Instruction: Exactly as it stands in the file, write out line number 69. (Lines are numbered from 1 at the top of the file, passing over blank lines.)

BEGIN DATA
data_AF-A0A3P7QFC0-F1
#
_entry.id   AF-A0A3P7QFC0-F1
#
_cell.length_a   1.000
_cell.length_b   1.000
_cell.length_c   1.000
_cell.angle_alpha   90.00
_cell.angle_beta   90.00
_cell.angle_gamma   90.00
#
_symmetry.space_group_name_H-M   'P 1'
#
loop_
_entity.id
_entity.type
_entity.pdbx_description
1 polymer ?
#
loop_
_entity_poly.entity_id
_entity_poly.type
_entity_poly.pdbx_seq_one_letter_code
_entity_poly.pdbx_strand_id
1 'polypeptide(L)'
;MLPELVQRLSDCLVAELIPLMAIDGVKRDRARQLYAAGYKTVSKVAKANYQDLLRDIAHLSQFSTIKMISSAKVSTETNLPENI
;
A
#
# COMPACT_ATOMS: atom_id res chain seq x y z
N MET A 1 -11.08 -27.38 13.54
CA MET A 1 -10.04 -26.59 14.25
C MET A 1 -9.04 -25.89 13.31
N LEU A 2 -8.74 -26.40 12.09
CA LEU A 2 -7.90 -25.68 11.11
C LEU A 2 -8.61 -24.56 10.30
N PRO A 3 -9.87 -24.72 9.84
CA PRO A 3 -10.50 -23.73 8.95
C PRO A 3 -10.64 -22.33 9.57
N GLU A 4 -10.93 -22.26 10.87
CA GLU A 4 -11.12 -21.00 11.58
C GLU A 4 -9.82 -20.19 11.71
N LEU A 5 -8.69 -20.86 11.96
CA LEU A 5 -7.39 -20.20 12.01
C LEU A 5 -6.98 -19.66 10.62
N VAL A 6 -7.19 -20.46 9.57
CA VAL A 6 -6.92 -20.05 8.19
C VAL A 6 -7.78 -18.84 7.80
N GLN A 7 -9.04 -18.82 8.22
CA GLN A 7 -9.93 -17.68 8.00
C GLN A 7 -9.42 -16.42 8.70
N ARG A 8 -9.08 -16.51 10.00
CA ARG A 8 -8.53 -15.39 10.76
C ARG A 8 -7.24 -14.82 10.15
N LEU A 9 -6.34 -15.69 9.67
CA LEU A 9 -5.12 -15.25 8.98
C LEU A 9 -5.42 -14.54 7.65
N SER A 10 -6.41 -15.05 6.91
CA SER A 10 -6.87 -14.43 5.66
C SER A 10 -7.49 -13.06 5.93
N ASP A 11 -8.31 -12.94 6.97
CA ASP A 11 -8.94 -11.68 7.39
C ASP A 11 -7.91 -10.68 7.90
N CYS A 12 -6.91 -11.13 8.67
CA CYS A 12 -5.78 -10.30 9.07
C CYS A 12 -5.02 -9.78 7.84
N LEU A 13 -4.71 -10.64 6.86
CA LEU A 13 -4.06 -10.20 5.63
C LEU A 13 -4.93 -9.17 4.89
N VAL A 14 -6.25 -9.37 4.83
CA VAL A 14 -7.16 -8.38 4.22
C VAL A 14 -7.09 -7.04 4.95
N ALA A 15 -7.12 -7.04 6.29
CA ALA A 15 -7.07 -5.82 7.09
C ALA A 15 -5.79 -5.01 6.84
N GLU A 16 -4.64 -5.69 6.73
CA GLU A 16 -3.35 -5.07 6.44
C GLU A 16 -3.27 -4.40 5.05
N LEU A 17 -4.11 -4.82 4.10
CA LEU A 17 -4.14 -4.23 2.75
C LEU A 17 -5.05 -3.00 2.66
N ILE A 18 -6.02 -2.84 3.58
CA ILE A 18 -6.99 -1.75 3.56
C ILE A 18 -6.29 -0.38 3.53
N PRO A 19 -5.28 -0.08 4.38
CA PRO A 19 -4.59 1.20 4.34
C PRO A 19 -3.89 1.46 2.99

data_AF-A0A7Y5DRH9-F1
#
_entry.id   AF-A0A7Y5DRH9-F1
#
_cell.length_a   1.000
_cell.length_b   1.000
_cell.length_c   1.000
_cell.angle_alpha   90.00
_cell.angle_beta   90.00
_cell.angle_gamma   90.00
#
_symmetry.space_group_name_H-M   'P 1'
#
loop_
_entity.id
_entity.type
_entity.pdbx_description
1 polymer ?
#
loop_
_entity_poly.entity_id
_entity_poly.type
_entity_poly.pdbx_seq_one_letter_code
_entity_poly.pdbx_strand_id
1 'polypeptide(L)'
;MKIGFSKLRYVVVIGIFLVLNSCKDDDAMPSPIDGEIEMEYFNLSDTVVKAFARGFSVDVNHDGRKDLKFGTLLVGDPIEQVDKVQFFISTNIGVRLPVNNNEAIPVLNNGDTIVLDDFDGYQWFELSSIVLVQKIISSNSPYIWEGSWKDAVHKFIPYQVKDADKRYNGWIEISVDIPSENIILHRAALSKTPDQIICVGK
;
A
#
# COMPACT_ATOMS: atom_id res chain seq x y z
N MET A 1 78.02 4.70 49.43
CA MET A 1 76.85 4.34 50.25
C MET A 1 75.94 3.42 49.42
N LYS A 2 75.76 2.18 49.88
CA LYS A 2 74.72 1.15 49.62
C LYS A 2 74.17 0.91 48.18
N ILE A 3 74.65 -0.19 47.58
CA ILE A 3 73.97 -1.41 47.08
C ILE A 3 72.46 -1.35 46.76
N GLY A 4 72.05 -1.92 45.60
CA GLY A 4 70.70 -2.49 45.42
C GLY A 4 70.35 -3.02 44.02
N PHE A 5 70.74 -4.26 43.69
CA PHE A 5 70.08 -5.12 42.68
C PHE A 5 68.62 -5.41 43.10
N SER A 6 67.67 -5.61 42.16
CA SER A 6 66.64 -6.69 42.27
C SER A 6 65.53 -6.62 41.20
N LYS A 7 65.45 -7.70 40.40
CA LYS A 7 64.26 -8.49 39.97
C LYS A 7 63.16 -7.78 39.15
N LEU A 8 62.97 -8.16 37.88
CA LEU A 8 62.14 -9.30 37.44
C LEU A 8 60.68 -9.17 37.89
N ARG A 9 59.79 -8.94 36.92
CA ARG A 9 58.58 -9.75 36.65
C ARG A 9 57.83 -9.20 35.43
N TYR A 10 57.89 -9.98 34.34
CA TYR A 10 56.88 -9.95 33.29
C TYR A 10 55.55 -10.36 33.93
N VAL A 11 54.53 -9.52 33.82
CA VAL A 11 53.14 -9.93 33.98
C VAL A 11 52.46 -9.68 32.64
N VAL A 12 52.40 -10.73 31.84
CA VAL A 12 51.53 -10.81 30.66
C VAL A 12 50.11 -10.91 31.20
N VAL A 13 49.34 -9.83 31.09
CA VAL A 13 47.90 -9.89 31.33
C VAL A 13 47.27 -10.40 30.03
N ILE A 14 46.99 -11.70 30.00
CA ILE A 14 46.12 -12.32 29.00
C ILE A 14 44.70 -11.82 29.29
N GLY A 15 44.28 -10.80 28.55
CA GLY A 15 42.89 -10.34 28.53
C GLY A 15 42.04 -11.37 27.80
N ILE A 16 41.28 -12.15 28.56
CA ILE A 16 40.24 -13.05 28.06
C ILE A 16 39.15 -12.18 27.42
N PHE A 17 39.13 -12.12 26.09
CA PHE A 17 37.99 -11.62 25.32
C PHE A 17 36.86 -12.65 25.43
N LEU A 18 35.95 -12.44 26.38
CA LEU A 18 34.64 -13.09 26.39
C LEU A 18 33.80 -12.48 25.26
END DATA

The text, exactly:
C LEU A 13 -4.93 -9.17 4.89